8. GWAS assumes that all study participants are unrelated. As a result, including those with a strong genetic relation in the GWAS may lead to biased estimations of SNP effects. An IBD kinship coefficient (PI_HAT) > 0.1 suggests either strong relatedness or duplication amongst the sample pair under test unless there is sample DNA contamination prior to genotyping4. One sample per pair will then be excluded from analysis (unless a software that can account and adjust for family structure is used). The sample selected for exclusion is usually of low genotype call rate or one that minimises sample number loss or phenotype availability and interest.
  9. By specifying a linkage disequilibrium (LD) threshold (for e.g. 0.2), PLINK uses the level of LD between SNPs located within a specific region of chromosome and selects a set of correlated SNPs. This LD pruning reduces redundancy in the data and influence of chromosomal artefacts4, thus advisable prior to performing IBS and PCA analysis.
  10. Additional tip(s): It is also a good practice to test for batch effects when combining samples from different laboratories and/or different genotyping platforms. A simple approach is to test differences in average MAF and call rate for the same SNP across all the plates5. Any batch related significance can also be tested by testing one plate or batch against other plates/batches in the same assay/study5. This involves coding one plate as cases and remainder as controls. A simple association test is then performed to detect any deviation from expected uniform distribution of p values. Any discrepancy can be treated in same way as population stratification.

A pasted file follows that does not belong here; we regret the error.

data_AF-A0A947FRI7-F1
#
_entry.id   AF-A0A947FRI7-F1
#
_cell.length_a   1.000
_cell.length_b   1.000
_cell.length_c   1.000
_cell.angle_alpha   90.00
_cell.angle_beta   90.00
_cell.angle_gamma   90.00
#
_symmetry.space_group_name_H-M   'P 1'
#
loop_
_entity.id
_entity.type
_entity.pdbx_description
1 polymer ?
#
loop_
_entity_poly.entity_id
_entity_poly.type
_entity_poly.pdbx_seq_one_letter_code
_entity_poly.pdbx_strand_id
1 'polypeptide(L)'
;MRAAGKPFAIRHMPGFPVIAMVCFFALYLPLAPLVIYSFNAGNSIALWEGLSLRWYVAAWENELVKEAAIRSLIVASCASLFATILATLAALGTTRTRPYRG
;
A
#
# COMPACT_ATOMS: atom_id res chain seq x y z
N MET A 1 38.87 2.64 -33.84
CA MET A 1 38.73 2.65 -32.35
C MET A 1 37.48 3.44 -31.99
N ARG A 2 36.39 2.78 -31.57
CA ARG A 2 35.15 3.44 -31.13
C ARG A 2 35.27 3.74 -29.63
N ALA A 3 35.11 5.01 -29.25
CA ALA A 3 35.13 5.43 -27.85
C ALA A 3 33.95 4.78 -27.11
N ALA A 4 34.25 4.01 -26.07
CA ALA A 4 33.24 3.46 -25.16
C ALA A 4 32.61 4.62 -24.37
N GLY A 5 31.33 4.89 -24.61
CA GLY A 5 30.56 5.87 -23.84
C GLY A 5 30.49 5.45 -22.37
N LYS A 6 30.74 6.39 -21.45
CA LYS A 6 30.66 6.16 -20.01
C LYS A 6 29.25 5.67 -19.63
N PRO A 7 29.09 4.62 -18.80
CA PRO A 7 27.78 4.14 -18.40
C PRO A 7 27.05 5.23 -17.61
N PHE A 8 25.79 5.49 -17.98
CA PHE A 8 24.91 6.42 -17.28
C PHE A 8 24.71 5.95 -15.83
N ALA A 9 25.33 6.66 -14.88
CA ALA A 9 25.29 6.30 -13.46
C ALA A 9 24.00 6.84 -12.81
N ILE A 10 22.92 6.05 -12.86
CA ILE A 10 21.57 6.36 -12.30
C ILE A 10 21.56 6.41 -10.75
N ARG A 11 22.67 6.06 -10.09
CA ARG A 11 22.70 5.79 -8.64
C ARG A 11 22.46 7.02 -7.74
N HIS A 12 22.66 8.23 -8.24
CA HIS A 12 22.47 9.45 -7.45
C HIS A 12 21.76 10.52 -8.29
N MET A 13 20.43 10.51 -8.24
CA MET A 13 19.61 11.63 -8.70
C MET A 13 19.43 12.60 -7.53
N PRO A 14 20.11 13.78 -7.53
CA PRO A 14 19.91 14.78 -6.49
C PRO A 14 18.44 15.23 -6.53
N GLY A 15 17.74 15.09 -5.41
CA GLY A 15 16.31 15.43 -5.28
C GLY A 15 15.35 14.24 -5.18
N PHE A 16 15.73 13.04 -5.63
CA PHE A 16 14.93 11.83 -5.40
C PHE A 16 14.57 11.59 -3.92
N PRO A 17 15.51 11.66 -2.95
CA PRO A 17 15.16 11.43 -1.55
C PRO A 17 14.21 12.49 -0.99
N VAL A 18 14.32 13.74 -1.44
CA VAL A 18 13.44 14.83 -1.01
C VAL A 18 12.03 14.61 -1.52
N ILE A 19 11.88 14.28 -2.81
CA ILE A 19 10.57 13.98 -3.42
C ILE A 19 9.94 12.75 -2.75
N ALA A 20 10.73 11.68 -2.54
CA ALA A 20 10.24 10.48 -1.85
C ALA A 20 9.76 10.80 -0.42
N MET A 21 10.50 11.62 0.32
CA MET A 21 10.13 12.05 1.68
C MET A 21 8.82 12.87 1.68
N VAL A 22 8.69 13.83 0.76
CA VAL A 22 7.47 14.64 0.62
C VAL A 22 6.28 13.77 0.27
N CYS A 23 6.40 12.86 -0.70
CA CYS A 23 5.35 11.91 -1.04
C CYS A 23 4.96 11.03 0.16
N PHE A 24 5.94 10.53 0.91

References [Update]

  1. EasyQC.
  2. Marees A.T., de Kluiver H., Stringer S., Vorspan F., Curis E., Marie-Claire C., Derks E.M. A tutorial on conducting genome-wide association studies: Quality control and statistical analysis. International Journal of Methods in Psychiatric Research, 2018; 27(2):e1608.

  3. Alonso N., Lucas G.and Hysi P. Big data challenges in bone research: GWAS and NGS. Bonekey Reports., 2015; 11; 4:635.
  4. Reed E., Nunez S., Kulp D., Qian J., Reilly M. P., & Foulkes, A. S. A guide to genome‐wide association analysis and post‐analytic interrogation. Statistics in Medicine, 2015; 34(28), 3769–3792.
  5. Turner S., Armstrong L.L., Bradford Y., Carlson C.S., Crawford D.C., Crenshaw A.T et al. Quality control procedures for genome-wide association studies. Current Protocols in Human Genetics, 2011; Chapter 1:Unit1.19.
Sachin Wani
Sachin Wani, PhD

Rheumatology and Bone Disease Unit, IGMM, University of Edinburgh, Edinburgh, UK.
Email: swani@exseed.ed.ac.uk

Nerea Alonso
Nerea Alonso, PhD

Rheumatology and Bone Disease Unit, IGMM, University of Edinburgh, Edinburgh, UK.
Email: n.alonso@ed.ac.uk